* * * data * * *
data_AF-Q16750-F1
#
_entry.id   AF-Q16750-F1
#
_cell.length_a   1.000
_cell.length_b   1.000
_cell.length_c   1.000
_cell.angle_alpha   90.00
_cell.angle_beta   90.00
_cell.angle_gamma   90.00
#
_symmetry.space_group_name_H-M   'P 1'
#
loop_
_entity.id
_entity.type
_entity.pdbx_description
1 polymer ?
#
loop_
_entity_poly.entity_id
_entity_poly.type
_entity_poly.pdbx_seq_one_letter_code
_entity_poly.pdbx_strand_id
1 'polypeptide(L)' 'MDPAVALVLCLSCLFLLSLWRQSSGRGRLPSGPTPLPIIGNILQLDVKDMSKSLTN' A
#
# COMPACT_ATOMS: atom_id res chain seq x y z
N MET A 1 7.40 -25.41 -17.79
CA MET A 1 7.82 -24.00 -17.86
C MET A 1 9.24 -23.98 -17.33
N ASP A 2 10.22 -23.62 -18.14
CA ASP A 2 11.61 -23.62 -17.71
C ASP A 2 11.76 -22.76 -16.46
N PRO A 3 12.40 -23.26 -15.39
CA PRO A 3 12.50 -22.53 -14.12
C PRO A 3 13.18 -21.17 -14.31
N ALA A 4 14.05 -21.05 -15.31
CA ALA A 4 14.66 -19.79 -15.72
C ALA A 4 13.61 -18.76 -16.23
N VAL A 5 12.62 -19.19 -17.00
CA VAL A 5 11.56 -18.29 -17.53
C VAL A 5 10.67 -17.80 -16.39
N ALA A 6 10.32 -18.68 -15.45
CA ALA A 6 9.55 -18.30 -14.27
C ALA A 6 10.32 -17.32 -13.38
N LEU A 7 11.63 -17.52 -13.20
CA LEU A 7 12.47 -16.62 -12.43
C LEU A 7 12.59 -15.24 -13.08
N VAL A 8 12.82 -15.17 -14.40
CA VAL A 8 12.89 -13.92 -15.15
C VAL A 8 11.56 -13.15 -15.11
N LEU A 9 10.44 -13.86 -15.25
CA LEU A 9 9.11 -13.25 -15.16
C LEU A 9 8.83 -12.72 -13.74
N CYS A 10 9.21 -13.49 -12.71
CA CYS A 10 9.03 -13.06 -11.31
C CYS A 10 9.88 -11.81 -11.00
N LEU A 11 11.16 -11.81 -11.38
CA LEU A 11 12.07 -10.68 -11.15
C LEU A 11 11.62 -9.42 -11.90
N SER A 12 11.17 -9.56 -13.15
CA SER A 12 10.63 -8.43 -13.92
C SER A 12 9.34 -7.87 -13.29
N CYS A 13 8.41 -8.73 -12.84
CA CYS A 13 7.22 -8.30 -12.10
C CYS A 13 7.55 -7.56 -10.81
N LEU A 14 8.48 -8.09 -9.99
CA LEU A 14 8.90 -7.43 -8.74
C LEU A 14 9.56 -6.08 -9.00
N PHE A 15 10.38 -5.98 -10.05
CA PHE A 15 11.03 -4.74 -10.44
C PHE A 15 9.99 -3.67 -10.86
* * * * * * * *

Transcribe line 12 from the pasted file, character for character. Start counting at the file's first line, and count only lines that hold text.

_symmetry.space_group_name_H-M   'P 1'